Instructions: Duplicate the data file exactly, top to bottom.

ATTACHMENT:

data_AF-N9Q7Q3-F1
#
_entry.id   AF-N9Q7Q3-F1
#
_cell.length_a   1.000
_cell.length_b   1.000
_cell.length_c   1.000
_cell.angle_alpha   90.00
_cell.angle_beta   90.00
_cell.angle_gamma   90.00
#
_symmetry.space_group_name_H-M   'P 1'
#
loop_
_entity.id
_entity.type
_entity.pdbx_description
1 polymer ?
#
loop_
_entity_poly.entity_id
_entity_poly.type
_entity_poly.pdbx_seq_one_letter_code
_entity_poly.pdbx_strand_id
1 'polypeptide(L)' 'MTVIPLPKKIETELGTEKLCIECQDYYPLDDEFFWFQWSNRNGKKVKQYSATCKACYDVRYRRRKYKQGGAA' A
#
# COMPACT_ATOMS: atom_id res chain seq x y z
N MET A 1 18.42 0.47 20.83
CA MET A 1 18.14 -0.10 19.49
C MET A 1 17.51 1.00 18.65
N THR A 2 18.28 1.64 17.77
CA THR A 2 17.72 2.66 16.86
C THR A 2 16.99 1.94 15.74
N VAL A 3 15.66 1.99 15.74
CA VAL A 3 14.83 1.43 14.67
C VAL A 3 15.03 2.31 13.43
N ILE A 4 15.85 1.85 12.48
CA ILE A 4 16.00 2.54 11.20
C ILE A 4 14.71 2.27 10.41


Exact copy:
data_AF-N9Q7Q3-F1
#
_entry.id   AF-N9Q7Q3-F1
#
_cell.length_a   1.000
_cell.length_b   1.000
_cell.length_c   1.000
_cell.angle_alpha   90.00
_cell.angle_beta   90.00
_cell.angle_gamma   90.00
#
_symmetry.space_group_name_H-M   'P 1'
#
loop_
_entity.id
_entity.type
_entity.pdbx_description
1 polymer ?
#
loop_
_entity_poly.entity_id
_entity_poly.type
_entity_poly.pdbx_seq_one_letter_code
_entity_poly.pdbx_strand_id
1 'polypeptide(L)' 'MTVIPLPKKIETELGTEKLCIECQDYYPLDDEFFWFQWSNRNGKKVKQYSATCKACYDVRYRRRKYKQGGAA' A
#
# COMPACT_ATOMS: atom_id res chain seq x y z
N MET A 1 18.42 0.47 20.83
CA MET A 1 18.14 -0.10 19.49
C MET A 1 17.51 1.00 18.65
N THR A 2 18.28 1.64 17.77
CA THR A 2 17.72 2.66 16.86
C THR A 2 16.99 1.94 15.74
N VAL A 3 15.66 1.99 15.74
CA VAL A 3 14.83 1.43 14.67
C VAL A 3 15.03 2.31 13.43
N ILE A 4 15.85 1.85 12.48
CA ILE A 4 16.00 2.54 11.20
C ILE A 4 14.71 2.27 10.41